I believe that we gave DD one at around 4 weeks although I can't really remember. We've never had any problems with the pacifier, but we did have latch problems after DD started taking a bottle regularly while I was at work.<br><br>
I would say that if you are feeling really unhappy and frustrated, offer a pacifier. If you can hold out a few weeks, she'll probably get the thumb-sucking thing figured out and then you won't have to worry about pacifiers.<br><br>
I personally think that bottles pose a much bigger threat because they provide food, but maybe that's just been my personal experience.
 

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Discussion Starter #5
I just introduced the bottle with pumped milk this week and she is totally cool with both the nipple and the bottle, she is a very easygoing little baby. Breastfeeding seems established now. So I think a pacifier wouldn't be a problem. She also seems very mature, my mom says she behaves and looks more like a 2 month already. So off I go tomorrow to buy a pacifier!!<br>
HeatherRN, I'm in SF too!<br><br>
Thanks everyone!
 

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I said I would NEVER NEVER use a pacifier. Until DD turned out just like your DD--I remember asking my DH to go out and buy one as fast as he could.
 

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I swore I wouldn't use one and then he latched on for the 1st time...OW!!! He got a paci day 2 and I have been fine with it...he is BF but I just can't bear being his paci...I have Raynauds so my nips are very sensitive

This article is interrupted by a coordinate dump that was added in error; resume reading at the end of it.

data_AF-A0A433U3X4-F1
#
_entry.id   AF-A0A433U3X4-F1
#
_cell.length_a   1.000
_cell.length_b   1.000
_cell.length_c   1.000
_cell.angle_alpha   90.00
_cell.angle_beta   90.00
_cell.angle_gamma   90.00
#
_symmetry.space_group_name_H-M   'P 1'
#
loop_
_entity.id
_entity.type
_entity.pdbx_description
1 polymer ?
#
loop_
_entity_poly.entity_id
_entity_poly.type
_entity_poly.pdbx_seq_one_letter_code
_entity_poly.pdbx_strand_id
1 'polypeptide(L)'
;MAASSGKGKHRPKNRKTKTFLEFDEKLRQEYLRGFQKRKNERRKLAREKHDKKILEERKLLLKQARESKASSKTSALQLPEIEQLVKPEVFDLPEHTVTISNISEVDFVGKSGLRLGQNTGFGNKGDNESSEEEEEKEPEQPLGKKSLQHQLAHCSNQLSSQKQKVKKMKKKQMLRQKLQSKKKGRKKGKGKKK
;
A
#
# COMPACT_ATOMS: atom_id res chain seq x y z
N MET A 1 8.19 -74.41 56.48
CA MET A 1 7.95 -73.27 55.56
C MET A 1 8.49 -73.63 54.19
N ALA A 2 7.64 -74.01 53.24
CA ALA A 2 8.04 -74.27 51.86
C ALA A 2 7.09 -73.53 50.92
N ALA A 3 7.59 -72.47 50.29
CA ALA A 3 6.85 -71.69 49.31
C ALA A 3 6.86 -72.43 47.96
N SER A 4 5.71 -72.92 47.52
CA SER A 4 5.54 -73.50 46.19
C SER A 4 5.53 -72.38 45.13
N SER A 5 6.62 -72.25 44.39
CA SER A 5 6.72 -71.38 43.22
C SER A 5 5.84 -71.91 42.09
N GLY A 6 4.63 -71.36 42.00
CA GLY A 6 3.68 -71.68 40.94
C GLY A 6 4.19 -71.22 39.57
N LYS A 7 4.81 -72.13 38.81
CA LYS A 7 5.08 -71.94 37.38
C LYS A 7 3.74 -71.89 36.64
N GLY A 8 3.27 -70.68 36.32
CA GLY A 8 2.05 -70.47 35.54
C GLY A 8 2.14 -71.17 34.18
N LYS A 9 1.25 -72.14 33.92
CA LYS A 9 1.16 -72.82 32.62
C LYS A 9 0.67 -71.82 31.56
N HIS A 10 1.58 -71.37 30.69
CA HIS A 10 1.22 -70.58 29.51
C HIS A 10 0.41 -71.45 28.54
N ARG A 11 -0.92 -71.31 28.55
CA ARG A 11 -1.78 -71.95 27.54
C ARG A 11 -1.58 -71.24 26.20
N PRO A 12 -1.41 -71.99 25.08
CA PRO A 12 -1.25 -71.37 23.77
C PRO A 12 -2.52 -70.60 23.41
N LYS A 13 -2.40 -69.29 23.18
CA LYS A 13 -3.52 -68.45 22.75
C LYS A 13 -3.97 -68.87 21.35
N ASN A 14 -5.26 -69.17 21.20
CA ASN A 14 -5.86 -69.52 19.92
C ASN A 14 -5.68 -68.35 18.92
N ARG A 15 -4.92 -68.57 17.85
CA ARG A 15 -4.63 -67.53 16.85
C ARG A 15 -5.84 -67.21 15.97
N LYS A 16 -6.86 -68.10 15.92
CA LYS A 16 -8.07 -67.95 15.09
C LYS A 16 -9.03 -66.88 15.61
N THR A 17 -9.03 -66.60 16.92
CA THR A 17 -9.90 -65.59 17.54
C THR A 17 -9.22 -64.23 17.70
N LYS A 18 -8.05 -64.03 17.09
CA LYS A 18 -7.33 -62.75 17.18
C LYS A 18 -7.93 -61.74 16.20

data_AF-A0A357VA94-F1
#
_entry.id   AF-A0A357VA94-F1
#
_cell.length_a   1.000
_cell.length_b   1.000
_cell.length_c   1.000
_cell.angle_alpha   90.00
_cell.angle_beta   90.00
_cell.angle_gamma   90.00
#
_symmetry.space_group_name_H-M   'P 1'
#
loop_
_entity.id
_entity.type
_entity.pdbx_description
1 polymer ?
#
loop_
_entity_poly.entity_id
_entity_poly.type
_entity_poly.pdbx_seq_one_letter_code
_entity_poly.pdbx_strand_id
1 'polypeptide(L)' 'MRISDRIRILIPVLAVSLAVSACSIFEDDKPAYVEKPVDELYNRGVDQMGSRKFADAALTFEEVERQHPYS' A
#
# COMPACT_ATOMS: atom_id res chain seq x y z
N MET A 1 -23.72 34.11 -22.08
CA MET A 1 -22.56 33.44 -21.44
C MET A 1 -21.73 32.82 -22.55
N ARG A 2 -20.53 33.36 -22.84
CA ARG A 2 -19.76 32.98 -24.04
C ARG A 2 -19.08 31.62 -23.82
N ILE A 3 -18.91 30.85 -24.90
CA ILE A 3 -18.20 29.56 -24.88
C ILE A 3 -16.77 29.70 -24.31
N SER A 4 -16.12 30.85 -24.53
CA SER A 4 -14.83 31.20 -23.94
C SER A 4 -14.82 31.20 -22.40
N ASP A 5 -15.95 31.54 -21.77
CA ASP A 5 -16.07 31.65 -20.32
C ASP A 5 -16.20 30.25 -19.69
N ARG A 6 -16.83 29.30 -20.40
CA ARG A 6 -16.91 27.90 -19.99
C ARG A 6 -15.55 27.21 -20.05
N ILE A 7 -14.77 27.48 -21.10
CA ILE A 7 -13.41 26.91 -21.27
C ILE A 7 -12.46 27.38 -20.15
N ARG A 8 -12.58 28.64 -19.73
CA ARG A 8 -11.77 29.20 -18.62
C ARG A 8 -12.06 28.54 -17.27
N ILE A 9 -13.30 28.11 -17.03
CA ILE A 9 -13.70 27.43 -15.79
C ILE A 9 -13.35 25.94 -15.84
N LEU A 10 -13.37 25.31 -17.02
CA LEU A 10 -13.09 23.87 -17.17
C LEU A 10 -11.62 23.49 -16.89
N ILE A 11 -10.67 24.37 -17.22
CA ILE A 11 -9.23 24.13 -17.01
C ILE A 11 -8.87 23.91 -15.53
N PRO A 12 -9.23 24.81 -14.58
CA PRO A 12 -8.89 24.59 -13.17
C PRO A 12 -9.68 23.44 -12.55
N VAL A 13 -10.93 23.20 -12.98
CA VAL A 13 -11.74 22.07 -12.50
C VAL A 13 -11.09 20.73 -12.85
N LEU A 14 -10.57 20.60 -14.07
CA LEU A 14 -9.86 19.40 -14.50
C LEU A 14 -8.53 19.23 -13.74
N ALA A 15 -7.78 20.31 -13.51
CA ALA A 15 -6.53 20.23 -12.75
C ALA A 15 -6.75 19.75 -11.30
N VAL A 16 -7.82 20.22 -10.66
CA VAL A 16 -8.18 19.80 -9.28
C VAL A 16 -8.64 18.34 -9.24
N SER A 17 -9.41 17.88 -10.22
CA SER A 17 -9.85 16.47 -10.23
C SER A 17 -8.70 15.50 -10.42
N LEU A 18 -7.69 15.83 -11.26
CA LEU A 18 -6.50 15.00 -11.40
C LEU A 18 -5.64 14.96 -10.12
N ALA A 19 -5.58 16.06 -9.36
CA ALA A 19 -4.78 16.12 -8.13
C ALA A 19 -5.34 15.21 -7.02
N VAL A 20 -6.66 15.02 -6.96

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I think now is fine. I had to at like 2 or 3 weeks. Suck was so strong my breasts were cracking and I could not take the constant sucking. Did not mess up his latch. He started to reject it around 3 months old.
 

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why not co-sleep? you are lying down, she is lying down and when she falls asleep you can move her over (I used the blanket she was lying on to move her in order not to wake her). I always fall asleep before she does sometimes and when you have a toddler, you need all the sleep you can get. I'm personally not an advocate for pacifiers esp for breast fed babies. The sucking is just in relation to the immense growth they are going through and they need to suck in order to get all that yummy fatty hind milk.
 

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<div>Originally Posted by <strong>mamamille</strong> <a href="/community/forum/post/7984272"><img alt="View Post" class="inlineimg" src="/community/img/forum/go_quote.gif" style="border:0px solid;"></a></div>
<div style="font-style:italic;">The sucking is just in relation to the immense growth they are going through and they need to suck in order to get all that yummy fatty hind milk.</div>
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Some babies have a need to suck beyond nutrition - needing to suck 23 out of 24 hours is NOT about growth or getting the hind milk, esp. when the baby over fills, spits up and wants to suck again. And side-lying nursing doesn't work for everyone, nor does sharing a bed...<br><br>